We caught up with him to talk about his experience as an African player in the NBA, his hopes for basketball on the African continent and who he and his teammates jam out to in their locker rooms.

This interview has been edited for length and clarity.

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Photo: Ben Depp.

Watch Yilian Canizares & Paul Beaubrun's Beautiful Video For 'Noyé'

"Cuba and Haiti come together to share the love and heritage of our deep rooted culture and spirituality."

Yilian Canizares and Paul Beaubrun connect for the serene "Noyé," one of the highlights from Canizares' latest album, Erzulie.

The Cuban singer and Haitian artist are now sharing the new Arnaud Robert-directed music video for the single, which we're premiering here today.

"Noyé is a song that comes from our roots," Yilian Canizares tells OkayAfrica. "Inspired by the energy of love. The same love that kept Africa's legacy alive in the hearts of Haiti and Cuba. We wanted to do a stripped down version of only the essential pieces from a musical point of view. Something raw and beautiful where our souls would be naked."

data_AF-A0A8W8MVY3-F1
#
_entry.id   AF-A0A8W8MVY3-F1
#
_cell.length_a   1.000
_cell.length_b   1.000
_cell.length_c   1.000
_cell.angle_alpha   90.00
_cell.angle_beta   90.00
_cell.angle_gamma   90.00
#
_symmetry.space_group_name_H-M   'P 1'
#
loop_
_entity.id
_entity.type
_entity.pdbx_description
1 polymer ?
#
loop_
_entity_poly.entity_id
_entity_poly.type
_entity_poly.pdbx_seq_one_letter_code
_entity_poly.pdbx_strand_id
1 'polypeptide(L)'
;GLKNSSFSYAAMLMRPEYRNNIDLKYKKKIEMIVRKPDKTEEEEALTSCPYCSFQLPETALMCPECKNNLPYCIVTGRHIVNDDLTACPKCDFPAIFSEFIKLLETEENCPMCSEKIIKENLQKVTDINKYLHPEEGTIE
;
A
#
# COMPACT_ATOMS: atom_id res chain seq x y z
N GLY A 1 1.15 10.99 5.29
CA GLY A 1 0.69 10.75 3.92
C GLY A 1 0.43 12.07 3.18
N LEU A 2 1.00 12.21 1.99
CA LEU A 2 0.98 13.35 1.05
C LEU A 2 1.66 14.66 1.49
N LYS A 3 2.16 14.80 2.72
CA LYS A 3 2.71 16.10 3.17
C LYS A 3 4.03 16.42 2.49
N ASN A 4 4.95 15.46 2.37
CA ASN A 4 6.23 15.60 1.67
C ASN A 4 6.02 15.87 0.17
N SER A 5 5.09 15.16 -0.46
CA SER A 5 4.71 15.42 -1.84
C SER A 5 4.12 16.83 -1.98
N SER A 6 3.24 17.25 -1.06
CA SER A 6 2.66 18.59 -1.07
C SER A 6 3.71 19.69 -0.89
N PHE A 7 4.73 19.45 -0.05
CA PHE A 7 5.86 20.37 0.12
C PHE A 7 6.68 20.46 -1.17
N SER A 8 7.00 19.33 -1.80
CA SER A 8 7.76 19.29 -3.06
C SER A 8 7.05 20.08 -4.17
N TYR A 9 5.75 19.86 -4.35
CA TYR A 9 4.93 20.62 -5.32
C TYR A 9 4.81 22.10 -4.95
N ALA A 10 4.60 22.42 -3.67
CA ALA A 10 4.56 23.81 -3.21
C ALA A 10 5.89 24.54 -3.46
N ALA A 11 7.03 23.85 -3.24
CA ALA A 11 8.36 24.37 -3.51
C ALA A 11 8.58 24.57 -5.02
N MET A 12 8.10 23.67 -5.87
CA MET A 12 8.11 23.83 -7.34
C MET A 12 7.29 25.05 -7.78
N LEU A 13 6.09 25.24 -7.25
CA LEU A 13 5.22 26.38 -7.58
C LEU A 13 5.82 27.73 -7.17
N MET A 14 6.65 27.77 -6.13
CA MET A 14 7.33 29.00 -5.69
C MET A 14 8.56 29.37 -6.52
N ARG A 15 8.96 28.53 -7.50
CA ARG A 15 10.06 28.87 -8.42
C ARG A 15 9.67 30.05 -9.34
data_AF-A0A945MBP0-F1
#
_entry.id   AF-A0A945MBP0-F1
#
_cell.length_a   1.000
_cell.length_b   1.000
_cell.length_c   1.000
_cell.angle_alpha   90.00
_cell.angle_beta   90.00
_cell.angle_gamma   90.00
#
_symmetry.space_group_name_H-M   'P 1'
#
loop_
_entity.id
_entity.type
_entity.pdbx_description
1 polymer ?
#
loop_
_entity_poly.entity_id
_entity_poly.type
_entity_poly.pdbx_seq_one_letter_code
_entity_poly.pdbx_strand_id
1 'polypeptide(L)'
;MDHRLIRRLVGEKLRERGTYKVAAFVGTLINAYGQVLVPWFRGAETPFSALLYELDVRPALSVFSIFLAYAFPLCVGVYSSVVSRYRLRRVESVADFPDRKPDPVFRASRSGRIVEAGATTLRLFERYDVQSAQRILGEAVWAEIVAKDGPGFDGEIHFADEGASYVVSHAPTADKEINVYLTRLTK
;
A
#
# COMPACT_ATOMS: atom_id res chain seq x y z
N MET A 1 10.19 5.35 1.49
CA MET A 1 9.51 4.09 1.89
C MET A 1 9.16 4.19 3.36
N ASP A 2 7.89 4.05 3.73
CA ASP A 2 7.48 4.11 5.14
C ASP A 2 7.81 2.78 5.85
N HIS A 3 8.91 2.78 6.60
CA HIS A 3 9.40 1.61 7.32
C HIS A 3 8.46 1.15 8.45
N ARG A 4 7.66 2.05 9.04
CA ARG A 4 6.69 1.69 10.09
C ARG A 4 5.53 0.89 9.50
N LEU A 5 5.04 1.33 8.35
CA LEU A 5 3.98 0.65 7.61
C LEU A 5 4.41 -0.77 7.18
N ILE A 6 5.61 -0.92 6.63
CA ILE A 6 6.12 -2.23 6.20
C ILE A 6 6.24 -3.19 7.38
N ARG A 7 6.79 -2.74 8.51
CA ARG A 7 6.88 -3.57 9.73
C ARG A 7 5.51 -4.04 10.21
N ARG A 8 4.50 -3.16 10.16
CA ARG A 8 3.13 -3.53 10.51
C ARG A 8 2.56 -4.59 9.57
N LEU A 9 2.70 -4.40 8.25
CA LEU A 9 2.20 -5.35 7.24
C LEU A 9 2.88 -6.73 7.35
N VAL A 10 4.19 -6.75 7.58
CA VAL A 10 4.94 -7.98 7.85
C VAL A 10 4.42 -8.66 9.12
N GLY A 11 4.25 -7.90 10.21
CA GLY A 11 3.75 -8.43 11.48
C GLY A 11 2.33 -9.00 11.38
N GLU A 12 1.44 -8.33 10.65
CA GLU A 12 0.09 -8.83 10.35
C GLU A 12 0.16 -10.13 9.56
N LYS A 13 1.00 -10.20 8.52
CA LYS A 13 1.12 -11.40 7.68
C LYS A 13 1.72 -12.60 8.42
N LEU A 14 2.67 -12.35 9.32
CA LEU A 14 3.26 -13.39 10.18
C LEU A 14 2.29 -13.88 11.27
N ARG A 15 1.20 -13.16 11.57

The striking music video follows Canizares and Beaubrun to the waters of New Orleans, the universal Creole capital, where they sing and float until meeting on the Mississippi River.

"Noyé is a cry of love from children of African descent," says Paul Beaubrun. "Cuba and Haiti come together to share the love and heritage of our deep rooted culture and spirituality."

Watch the new music video for "Noyé" below.